The Navy intelligence department turned to Lucky’s associate, Myer Lansky, remembered for breaking heads at pro-Nazi rallies in the 30s.  Myer was allowed to visit Lucky in prison, to try to arrange for his assistance at the shipyards. Lucky said he could help if he wasn’t locked up in prison, but that was never going to fly. What Lucky needed was something really big to make sure that Naval intelligence realised just how much they needed his help.

As it happened, the Largest, fastest most luxurious cruise liner in the world the Normandie had been purchased by the U.S government and was being refitted as a troop carrier. In unusual and suspicious circumstances on February 9th 1942, the ship caught fire whilst work was being carried out. The official narrative was that a welder had accidentally caused the fire. The beautiful ship burned throughout the night, millions of dollars, and thousands of man hours were wasted as the once majestic Normandie which now filled with water from the firefighting efforts, listed, and rolled over onto her side in the early morning of February 10th.

From that point, the naval department hastened to make an agreement with Lucky in order to get cooperation with the workers at the docks. A deal was cut, and formerly silent and uncooperative dock workers at once, became the eyes and ears of the U.S. navy. Within a very short time eight German spies, who had landed by U-boat, were arrested, and explosives, maps and blueprints for sabotage were seized.

When the allies decided to invade Europe, Churchill insisted that it should be via the soft underbelly of Europe, Italy. As such a plan was drawn up and the island of Sicily was chosen for the first stage of the invasion.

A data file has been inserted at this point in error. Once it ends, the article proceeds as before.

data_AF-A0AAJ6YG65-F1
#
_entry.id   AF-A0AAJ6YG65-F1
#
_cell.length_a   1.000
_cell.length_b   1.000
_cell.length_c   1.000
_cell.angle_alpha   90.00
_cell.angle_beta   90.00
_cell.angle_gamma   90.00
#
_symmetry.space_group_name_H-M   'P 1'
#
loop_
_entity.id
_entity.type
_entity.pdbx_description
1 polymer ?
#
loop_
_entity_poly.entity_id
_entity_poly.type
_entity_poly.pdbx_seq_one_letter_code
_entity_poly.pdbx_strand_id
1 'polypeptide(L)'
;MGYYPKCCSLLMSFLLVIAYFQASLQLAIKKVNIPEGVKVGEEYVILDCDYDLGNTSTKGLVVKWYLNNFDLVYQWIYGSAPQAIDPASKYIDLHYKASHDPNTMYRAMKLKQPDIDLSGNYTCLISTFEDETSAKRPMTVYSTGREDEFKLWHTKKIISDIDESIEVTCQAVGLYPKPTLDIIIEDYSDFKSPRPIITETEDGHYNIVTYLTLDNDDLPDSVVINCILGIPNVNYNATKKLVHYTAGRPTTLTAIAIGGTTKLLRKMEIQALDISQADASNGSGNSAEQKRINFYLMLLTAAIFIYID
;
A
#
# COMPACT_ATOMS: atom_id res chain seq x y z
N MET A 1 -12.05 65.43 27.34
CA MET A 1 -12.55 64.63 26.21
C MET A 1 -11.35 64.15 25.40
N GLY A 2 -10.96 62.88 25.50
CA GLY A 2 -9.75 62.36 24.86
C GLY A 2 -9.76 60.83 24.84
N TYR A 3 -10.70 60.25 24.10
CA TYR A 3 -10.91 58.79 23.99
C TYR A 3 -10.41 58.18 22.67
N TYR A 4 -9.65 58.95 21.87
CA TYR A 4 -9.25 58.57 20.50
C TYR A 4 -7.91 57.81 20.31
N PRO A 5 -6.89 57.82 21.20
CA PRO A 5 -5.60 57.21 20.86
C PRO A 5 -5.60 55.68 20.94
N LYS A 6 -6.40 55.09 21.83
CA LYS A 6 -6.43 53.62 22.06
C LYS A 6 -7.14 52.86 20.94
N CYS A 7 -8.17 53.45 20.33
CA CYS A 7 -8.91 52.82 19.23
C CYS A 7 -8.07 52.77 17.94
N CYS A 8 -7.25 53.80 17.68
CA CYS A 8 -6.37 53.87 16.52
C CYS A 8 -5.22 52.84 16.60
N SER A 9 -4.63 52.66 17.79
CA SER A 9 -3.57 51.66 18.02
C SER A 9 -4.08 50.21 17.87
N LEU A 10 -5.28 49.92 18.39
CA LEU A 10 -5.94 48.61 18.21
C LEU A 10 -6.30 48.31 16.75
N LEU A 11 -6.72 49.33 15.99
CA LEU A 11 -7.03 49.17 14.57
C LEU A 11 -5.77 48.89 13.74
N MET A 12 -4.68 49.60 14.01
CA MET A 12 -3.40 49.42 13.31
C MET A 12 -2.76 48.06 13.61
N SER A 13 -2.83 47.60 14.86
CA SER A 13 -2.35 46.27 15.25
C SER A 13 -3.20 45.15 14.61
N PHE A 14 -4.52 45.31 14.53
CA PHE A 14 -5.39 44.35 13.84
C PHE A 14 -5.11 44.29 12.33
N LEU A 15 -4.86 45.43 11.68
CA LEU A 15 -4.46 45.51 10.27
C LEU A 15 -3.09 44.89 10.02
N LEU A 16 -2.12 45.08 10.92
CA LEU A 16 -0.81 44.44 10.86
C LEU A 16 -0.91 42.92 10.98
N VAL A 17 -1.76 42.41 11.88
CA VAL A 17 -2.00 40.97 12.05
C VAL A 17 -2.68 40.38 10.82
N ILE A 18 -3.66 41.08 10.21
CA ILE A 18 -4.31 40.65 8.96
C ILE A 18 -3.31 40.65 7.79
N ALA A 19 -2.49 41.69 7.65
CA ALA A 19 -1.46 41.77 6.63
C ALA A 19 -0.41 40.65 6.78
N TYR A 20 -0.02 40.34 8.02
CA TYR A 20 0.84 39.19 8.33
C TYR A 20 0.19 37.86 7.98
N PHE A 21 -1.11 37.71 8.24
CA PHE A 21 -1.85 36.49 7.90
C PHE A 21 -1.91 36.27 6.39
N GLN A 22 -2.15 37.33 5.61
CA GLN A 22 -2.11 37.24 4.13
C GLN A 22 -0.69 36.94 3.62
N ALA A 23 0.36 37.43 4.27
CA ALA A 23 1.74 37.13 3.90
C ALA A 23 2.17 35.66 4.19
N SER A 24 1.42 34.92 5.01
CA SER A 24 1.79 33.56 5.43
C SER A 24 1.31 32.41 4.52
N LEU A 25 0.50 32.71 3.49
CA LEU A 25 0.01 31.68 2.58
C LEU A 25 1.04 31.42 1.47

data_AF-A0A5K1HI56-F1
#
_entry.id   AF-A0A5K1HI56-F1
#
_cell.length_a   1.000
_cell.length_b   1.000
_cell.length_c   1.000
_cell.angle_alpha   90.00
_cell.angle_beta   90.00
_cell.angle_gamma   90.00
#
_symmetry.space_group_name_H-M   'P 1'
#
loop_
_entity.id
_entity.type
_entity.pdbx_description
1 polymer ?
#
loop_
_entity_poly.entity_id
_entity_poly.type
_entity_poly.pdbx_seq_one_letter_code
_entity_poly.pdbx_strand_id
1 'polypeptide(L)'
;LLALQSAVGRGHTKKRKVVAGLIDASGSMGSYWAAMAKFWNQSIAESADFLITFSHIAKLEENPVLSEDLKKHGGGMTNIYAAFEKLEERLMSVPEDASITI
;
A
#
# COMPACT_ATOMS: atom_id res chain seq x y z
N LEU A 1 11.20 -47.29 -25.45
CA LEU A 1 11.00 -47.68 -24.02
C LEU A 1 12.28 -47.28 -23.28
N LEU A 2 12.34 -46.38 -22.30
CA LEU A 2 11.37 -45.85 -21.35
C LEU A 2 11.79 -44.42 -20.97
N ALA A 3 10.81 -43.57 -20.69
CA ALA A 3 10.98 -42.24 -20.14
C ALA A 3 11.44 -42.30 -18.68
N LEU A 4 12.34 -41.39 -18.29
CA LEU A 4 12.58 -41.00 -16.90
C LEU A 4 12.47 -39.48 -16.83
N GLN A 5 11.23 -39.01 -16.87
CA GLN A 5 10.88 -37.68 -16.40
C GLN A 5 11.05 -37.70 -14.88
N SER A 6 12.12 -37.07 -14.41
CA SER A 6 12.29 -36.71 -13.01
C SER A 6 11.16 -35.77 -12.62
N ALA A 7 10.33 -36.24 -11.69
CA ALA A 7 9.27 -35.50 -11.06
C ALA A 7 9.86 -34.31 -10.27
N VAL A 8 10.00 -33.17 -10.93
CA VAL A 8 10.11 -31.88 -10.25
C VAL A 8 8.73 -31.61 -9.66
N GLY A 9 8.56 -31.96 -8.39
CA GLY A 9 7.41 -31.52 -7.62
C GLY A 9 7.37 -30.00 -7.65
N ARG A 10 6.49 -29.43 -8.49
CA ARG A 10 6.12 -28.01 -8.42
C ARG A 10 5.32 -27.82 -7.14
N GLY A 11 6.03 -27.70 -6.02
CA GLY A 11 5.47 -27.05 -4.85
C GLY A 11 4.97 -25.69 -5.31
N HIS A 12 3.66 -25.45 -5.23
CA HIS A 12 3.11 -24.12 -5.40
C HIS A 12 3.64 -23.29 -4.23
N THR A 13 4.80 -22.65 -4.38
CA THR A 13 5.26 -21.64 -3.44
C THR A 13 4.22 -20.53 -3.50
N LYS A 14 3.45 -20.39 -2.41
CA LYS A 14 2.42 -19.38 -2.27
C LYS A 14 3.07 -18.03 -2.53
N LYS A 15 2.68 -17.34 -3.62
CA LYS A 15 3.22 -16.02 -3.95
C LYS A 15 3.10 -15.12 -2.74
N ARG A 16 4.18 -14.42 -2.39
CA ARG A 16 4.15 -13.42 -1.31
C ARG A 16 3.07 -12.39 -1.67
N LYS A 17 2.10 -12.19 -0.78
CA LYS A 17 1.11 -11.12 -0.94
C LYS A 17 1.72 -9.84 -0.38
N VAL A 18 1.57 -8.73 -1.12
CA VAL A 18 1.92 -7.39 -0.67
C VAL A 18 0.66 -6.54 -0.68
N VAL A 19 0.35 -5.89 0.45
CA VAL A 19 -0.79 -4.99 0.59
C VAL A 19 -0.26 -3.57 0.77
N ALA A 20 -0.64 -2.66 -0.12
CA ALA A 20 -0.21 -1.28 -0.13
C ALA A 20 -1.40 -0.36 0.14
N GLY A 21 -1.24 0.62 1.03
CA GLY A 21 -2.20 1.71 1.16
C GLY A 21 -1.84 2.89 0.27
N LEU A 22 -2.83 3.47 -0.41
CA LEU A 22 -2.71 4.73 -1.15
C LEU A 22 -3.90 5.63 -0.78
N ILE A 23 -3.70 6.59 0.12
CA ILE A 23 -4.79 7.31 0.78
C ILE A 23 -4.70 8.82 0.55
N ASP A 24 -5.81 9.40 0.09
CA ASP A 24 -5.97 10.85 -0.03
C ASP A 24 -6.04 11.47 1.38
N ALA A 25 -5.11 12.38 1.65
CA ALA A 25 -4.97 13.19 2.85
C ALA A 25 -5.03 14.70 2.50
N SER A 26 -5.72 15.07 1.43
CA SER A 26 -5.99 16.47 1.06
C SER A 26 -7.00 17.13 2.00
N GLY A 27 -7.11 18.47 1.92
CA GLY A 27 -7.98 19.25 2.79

History is filled with coincidence, and when the fascist dictator Benito Mussolini came to power, he did so on a platform of law and order. As such, when he visited Sicily, and saw the extent of the Mafia control, he sent in his Black Shirts to arrest and incarcerate anyone suspected of being a part of “The family”. This action severely depleted the power of the mafia in Sicily, but didn’t destroy it all together. Lucky was Sicilian, he would have revenge on Mussolini.

When the allied invasion plan for Sicily was created, Lucky cooperated with allied command and arranged for mafia support for the allied invasion.  July 10th 1943 Local Sicilian people now became the eyes and ears of the allied invasion. The Sicilians drew up maps showing ports and harbours that could be used by the allies, as well as the defences of the Axis powers. The Sicilian mafia was now actively assisting the allied invasion of Europe.

On V-E day in 1945, Lukky’s lawyer petitioned for clemency, citing his war efforts. A deal was reached and lucky was deported to Italy after serving only 10 years of his 30 to 50 year sentence.

In October 1946 Lucky moved to Havana, Cuba, it was from here that he planned to continue running his New York business. He socialised with the likes of Frank Sinatra, and his old Friend Myer Lansky, - the casino Tsar was already established as a major investor in Cuban hotels and gambling. 

But, the U.S government didn’t like Lucky being so close to the states in Cuba, they threatened the Cuban government that the U.S. would block all shipments of prescription drugs to Cuba while Lucky was there. Two days later, the Cuban government deported Lucky to Italy.

Lucky’s influence in the New York business waned over the years, being so far away, it was impossible to have the control he needed to maintain his grip. 

In 1962 Lucky arranged a meeting with American producer Martin Grosch who was interested in making a film about Luckys life. Lucky went to Naples airport to meet Grosch, but he had a heart attack shortly after their meeting.

 Three days later around 300 people attended Lucky’s funeral in Naples. The U.S government gave permission for his body to be returned to the U.S. for burial. He was buried in St. John's Cemetery in Middle Village, Queens. More than 2,000 mourners attended his funeral. Luckys  long-time friend, and crime family boss Carlo Gambino, gave the eulogy.

In 1998, Time Magazine characterised Lucky Luciano as the "criminal mastermind" among the top 20 most influential builders and titans of the 20th century.